At its core, we find the family farmers who are part of the Social Project in Brazil; they are the true stakeholders in our company. Possessing the necessary expertise and receiving proper training, they provide us with naturally coloured organic cotton cultivated under agro regenerative farming practices.

We exclusively involve families of smallholder farmers who own their own plots of land, generally not exceeding 1 hectare, in the project.

The Family Farming model combines the cultivation of various foods for self-consumption, with cotton cultivation to supplement family income with a fair compensation.

Fair remuneration and a commitment to acquiring 100% of the production.

We enter into indefinite annual contracts with farmers, ensuring economic stability for all the families involved in the Project.

We provide cotton seeds free of charge and finance each harvest by paying in advance for the projected production of each farmer.

10% of the value we pay annually for the cotton is reinvested in improvements in the community’s production system.

Our commitment to the project involves gradually and steadily increasing the number of families participating, collectively nurturing a progressively robust circular economy.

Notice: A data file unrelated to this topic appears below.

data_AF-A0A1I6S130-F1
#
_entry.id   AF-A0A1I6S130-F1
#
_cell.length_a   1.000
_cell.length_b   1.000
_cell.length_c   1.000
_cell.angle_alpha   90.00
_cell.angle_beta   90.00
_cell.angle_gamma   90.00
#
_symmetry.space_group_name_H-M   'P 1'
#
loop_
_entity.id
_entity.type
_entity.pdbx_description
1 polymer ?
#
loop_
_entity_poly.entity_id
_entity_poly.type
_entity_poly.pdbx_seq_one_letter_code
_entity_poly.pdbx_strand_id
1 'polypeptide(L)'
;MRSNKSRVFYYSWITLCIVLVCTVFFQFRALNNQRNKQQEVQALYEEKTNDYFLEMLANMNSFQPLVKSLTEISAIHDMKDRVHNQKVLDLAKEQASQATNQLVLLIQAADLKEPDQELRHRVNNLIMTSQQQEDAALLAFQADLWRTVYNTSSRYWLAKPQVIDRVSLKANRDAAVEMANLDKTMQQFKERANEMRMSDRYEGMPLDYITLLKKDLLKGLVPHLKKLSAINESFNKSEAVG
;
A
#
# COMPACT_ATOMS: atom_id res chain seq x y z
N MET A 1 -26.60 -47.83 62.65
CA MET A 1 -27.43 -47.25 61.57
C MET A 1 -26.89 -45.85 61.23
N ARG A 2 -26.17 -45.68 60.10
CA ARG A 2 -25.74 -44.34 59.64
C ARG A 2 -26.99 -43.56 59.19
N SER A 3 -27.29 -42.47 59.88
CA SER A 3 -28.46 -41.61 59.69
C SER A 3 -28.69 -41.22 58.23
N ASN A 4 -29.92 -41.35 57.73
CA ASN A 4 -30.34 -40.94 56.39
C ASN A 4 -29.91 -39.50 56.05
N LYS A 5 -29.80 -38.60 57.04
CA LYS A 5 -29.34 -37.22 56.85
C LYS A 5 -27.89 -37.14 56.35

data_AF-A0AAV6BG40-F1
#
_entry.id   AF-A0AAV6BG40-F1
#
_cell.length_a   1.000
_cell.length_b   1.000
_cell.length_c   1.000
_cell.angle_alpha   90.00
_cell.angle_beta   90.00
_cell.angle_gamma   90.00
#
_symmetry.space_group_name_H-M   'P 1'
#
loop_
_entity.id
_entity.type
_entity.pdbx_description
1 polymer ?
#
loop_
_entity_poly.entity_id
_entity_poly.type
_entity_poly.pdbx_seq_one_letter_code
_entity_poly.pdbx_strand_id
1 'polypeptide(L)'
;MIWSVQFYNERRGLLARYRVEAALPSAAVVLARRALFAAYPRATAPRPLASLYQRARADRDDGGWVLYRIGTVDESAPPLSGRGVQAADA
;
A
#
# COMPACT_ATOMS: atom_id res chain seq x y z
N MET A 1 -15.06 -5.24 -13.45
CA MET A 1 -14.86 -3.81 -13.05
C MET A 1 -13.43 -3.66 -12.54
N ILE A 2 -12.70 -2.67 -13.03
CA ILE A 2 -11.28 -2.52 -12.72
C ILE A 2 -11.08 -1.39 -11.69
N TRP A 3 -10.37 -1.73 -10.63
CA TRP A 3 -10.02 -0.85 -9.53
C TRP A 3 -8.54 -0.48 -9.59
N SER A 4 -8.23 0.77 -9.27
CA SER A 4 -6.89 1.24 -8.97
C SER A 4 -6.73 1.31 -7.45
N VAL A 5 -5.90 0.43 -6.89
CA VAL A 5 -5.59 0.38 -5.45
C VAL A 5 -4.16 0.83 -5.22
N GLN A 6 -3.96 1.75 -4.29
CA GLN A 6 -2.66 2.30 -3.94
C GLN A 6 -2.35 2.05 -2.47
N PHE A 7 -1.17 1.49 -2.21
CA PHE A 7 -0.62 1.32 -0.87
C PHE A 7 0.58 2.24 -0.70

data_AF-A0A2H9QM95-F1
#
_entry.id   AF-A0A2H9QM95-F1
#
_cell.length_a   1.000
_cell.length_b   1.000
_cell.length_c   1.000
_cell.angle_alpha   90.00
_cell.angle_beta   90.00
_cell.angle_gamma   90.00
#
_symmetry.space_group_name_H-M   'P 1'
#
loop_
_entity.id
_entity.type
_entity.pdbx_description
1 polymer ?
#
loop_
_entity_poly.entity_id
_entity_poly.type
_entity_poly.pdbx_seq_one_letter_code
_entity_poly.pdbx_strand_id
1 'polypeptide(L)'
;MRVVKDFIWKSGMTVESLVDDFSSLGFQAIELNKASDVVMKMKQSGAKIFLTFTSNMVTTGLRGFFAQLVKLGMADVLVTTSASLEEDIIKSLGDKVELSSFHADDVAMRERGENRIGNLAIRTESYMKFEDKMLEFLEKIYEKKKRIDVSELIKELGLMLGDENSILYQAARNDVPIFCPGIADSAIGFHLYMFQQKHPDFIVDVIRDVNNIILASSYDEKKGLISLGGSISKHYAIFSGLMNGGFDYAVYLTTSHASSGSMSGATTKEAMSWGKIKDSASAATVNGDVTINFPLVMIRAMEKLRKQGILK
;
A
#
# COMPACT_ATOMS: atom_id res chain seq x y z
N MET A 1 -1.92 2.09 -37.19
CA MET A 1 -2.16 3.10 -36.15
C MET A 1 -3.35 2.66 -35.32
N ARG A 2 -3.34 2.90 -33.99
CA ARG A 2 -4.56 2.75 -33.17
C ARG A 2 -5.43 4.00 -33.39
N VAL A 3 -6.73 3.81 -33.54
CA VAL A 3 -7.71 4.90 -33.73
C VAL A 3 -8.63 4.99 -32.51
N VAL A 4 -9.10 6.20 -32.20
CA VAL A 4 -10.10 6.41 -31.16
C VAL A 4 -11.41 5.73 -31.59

We promote the recovery of local varieties of Naturally Colorgrown Cotton from the seed.

We cultivate naturally coloured organic cotton in the various tones that emerge from the seed: ecru, green, and brown shades, just as they naturally grew over 5000 years ago. These varieties were forgotten for decades due to the rise of the Industrial Revolution and the need for intensive production of white cotton for dyeing through chemical harmful processes.

We finance seed multiplication fields to provide them free of charge to farming families.

Coloured cotton varieties have much lower productivity than conventional raw cotton, but we incentivize their cultivation by paying a fair compensatory price.

We are part of local farming communities and enjoy the trust of government agencies.

We are members of the Instituto Casaca de Couro, which promotes agro ecological cultivation and the recovery of the local cotton processing industry. In 2023, the Institute acquired and reopened the Cotton Processing Factory Antônio Inácio da Silva, a ginning unit that, after more than 30 years of closure, is once again serving 1,500 producer families and providing employment to the local population.

We collaborate closely with EMBRAPA (Brazilian Agricultural Research Corporation), SEBRAE (Brazilian Micro and Small Business Support Service), and the NGO DIACONIA to provide our farmers with all the necessary technical support to recover local cotton varieties, improve agro regenerative agricultural practices, and enhance their Family Farming business model.

Where is our project located?


Discover the history of the Brazil project in 6 chapters